Big Baits for Big Marlin

Bobby Byrd & John Cochrane
Big Baits for Big Marlin

Strengthen your offshore arsenal with tuna tubes

Here on the Texas coast we are blessed with some phenomenal fishing. Whether inshore, offshore bluewater or skinnywater, Texas has a lot to offer. With the excellent blue marlin fishing Texans enjoyed this past summer; one item bluewater fisherman may want to consider installing on their big game boat is a set of tuna tubes.

Most offshore boats are equipped with bait wells that can be used for many types of bait. The most common bait found in deep water for big game fish is the blue runner. It is a very hardy bait and along with its bruiser cousin, the rainbow runner, provides anglers with two great marlin baits to keep in their livewell. Although many marlin are caught every year on these runners, members of the tuna family are favorite meals for marlin and even though "elephants eat peanuts" a bigger bait can entice a big marlin to attack. Our favorite is the skipjack tuna with silver sides and black stripes, blue marlin absolutely love eating them. Bonito, which are technically little tunny, are also very hardy baits. Blackfin tuna round out the list of the most common baits used of the tuna family and are normally easy to catch around the rigs. The problem is keeping these tuna alive and ready to use as bait. Tunas are constantly swimming pelagic predators, and even the smallest specimens will not live more than a few minutes in a bait well, thus came the invention of the tuna tube.

A tuna tube is basically a plastic or fiberglass tube; usually 6 to 8 inches in diameter and 2 to 3 feet long, round or oval in shape and mounted vertically with fresh seawater pumped into the bottom and allowed to spill over the top. Because of this, many tuna tubes are mounted on the transom where overflow runs directly overboard.
Variations include freestanding cockpit models and others are incorporated integrally into decks and gunwales. The tuna is placed in the tube head down and "swims" into the current created. The inside of the tube is painted black to calm the bait and the bottom is cone shaped to direct the bait's mouth directly into the flow. A dedicated high-flow saltwater pump is used to provide fresh clean saltwater and designers are careful to keep turbulence to a minimum, eliminating bubbles which can lodge on the tuna's gills. Valves are used to adjust water flow and a manifold is normally used to handle multiple tubes. Most anglers mount at least two tubes, but more can be added if you have the space and enjoy this technique.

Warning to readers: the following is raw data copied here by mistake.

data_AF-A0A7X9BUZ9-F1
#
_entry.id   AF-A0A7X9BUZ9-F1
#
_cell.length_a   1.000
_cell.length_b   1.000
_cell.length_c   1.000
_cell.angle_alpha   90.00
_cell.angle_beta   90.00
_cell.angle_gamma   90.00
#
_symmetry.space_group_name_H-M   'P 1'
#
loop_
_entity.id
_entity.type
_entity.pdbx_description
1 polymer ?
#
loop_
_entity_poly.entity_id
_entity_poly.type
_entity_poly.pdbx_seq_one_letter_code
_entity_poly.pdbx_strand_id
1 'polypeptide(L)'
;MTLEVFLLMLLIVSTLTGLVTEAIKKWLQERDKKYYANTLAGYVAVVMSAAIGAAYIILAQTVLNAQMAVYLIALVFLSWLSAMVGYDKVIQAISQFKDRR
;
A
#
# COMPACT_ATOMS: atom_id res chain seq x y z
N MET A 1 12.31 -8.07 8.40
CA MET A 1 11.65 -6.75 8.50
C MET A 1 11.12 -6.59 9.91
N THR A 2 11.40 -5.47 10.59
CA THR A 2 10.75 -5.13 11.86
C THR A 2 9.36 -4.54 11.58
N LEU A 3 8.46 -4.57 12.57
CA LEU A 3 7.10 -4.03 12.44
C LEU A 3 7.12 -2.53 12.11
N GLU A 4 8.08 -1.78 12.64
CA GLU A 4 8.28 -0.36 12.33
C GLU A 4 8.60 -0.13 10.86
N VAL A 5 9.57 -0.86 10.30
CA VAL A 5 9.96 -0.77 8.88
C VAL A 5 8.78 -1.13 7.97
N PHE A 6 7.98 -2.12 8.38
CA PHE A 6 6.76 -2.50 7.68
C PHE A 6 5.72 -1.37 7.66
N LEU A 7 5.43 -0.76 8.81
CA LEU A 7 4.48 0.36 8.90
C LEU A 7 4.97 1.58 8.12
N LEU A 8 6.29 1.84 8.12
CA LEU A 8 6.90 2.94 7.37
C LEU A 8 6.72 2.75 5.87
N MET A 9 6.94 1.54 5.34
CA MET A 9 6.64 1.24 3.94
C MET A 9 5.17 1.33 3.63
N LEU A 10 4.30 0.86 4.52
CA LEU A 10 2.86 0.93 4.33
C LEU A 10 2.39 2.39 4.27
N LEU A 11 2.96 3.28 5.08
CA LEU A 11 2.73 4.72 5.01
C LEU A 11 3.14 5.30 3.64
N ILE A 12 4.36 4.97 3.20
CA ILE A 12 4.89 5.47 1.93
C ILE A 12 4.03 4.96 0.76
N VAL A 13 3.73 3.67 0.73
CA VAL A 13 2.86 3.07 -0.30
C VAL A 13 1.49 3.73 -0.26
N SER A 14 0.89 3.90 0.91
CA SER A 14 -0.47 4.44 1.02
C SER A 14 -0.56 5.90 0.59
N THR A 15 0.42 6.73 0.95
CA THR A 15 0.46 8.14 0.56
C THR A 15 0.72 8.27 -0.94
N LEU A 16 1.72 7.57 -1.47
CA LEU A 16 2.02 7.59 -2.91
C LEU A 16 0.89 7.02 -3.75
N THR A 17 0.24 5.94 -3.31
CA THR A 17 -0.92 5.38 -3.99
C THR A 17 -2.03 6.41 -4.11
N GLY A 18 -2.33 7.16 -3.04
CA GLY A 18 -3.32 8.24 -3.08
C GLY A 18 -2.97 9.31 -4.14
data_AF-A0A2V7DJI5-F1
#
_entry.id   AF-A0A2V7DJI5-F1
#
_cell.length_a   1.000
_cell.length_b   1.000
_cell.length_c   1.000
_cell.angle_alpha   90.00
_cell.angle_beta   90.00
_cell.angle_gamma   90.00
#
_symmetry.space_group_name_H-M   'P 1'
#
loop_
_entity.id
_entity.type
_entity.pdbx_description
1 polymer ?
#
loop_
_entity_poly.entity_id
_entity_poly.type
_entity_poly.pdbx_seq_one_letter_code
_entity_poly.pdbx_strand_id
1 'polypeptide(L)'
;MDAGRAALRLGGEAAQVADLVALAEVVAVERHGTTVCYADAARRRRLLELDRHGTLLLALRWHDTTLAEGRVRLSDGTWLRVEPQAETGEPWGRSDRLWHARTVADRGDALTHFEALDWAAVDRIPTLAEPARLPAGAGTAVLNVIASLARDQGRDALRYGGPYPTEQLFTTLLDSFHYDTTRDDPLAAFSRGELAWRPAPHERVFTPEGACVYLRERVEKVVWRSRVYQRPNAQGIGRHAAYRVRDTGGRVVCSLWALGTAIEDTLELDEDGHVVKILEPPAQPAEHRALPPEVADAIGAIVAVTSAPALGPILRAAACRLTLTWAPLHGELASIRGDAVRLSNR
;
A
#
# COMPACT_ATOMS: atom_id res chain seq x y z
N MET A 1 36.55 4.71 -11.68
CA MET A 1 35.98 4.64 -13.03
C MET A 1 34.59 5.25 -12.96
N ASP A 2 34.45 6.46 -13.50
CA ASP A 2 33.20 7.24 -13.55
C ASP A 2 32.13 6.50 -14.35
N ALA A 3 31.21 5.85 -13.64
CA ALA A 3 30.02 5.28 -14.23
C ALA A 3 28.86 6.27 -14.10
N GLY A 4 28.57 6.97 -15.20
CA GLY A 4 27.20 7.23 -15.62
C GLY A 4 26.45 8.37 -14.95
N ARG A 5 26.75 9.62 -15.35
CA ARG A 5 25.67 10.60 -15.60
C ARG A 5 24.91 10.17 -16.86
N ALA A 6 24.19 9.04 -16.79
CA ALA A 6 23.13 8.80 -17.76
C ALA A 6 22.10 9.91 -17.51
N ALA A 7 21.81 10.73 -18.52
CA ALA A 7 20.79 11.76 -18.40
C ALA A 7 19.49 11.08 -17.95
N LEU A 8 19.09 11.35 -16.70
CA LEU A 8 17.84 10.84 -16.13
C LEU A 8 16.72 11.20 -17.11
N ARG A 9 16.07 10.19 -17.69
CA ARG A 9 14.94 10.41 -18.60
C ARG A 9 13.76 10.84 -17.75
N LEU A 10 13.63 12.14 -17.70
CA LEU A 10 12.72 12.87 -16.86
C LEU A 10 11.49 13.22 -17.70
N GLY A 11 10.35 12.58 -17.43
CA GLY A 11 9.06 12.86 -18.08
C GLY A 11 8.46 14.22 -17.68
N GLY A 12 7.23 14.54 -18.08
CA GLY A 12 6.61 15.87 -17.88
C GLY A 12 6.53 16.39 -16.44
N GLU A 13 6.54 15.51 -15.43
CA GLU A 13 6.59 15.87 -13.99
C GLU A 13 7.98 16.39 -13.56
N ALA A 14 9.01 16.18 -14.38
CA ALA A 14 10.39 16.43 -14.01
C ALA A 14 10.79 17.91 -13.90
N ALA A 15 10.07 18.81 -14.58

When catching bait, careful handling is very important. Remove or modify hook barbs on bait rigs to make them easier to remove. The least amount of handling, the longer tuna will stay alive in the tubes. The exception to this would be having a rigged bait ready to pitch to a marlin, which is a great feature of using tuna tubes. If you do have to handle a bait, use a clean moist towel and keep handling to a minimum.

The greatest advantage of tune tubes is the ability to catch a tuna and have it ready to go without stopping to catch another each time a fish is caught or a bait dies. Tuna are easiest to catch early in the day when they are up near the surface and then kept in tubes for later use. Many times it is just a matter of having the bait available for a marlin to eat and we can remember trying frantically to catch a bait later in the day when the bite is on and the bait is down.

Tuna tubes are used by many boats here in the Gulf and even more so along the western coast of Mexico. They have proven to be a very useful tool in the big game angler's tackle arsenal. You can check them out at your local tackle shop or online;, or

To learn more about tuna tubes or big game fishing in Texas, come by our Fox Yacht Sales office at Tops-N-Towers. We're always happy to answer your questions. At Fox we have an extensive inventory of brokerage boats as well as new CABO and Riviera Yachts and we will be glad to help you find a boat or sell yours. For more information call our Seabrook office at 281-291-0656 or call Capt John Cochrane direct at 409-739-4817.